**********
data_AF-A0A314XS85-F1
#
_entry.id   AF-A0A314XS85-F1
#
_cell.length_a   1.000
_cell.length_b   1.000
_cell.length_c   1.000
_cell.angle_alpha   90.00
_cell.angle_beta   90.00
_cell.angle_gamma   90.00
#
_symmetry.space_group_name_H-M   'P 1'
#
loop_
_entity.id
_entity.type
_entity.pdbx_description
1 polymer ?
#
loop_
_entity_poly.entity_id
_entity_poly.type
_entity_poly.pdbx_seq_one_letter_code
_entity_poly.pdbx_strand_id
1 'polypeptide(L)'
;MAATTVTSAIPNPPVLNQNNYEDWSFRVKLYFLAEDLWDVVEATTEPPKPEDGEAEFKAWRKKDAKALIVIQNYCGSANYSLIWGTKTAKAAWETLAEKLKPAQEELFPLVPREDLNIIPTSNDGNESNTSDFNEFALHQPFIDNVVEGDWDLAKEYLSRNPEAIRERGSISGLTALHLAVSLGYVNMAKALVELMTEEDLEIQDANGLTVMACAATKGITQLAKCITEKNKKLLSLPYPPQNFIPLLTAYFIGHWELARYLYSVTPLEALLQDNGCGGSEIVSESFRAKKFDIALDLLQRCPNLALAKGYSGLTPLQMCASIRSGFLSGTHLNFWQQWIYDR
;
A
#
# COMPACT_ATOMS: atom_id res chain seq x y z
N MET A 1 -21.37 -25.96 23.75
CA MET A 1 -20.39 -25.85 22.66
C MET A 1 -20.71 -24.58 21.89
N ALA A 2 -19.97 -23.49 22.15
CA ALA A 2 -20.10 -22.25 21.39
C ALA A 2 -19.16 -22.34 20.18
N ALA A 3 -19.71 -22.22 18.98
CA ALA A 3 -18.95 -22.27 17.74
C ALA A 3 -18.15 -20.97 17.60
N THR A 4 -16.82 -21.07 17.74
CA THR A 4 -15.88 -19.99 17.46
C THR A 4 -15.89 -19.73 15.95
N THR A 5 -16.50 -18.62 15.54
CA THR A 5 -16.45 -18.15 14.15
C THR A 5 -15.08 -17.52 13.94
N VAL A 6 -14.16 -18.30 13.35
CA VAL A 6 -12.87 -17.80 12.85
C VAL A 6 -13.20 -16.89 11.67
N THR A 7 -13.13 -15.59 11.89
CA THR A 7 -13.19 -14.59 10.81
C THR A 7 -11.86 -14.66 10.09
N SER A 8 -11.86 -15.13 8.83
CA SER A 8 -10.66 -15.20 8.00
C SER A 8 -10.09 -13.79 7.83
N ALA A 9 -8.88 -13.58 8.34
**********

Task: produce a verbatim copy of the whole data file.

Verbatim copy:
data_AF-A0A314XS85-F1
#
_entry.id   AF-A0A314XS85-F1
#
_cell.length_a   1.000
_cell.length_b   1.000
_cell.length_c   1.000
_cell.angle_alpha   90.00
_cell.angle_beta   90.00
_cell.angle_gamma   90.00
#
_symmetry.space_group_name_H-M   'P 1'
#
loop_
_entity.id
_entity.type
_entity.pdbx_description
1 polymer ?
#
loop_
_entity_poly.entity_id
_entity_poly.type
_entity_poly.pdbx_seq_one_letter_code
_entity_poly.pdbx_strand_id
1 'polypeptide(L)'
;MAATTVTSAIPNPPVLNQNNYEDWSFRVKLYFLAEDLWDVVEATTEPPKPEDGEAEFKAWRKKDAKALIVIQNYCGSANYSLIWGTKTAKAAWETLAEKLKPAQEELFPLVPREDLNIIPTSNDGNESNTSDFNEFALHQPFIDNVVEGDWDLAKEYLSRNPEAIRERGSISGLTALHLAVSLGYVNMAKALVELMTEEDLEIQDANGLTVMACAATKGITQLAKCITEKNKKLLSLPYPPQNFIPLLTAYFIGHWELARYLYSVTPLEALLQDNGCGGSEIVSESFRAKKFDIALDLLQRCPNLALAKGYSGLTPLQMCASIRSGFLSGTHLNFWQQWIYDR
;
A
#
# COMPACT_ATOMS: atom_id res chain seq x y z
N MET A 1 -21.37 -25.96 23.75
CA MET A 1 -20.39 -25.85 22.66
C MET A 1 -20.71 -24.58 21.89
N ALA A 2 -19.97 -23.49 22.15
CA ALA A 2 -20.10 -22.25 21.39
C ALA A 2 -19.16 -22.34 20.18
N ALA A 3 -19.71 -22.22 18.98
CA ALA A 3 -18.95 -22.27 17.74
C ALA A 3 -18.15 -20.97 17.60
N THR A 4 -16.82 -21.07 17.74
CA THR A 4 -15.88 -19.99 17.46
C THR A 4 -15.89 -19.73 15.95
N THR A 5 -16.50 -18.62 15.54
CA THR A 5 -16.45 -18.15 14.15
C THR A 5 -15.08 -17.52 13.94
N VAL A 6 -14.16 -18.30 13.35
CA VAL A 6 -12.87 -17.80 12.85
C VAL A 6 -13.20 -16.89 11.67
N THR A 7 -13.13 -15.59 11.89
CA THR A 7 -13.19 -14.59 10.81
C THR A 7 -11.86 -14.66 10.09
N SER A 8 -11.86 -15.13 8.83
CA SER A 8 -10.66 -15.20 8.00
C SER A 8 -10.09 -13.79 7.83
N ALA A 9 -8.88 -13.58 8.34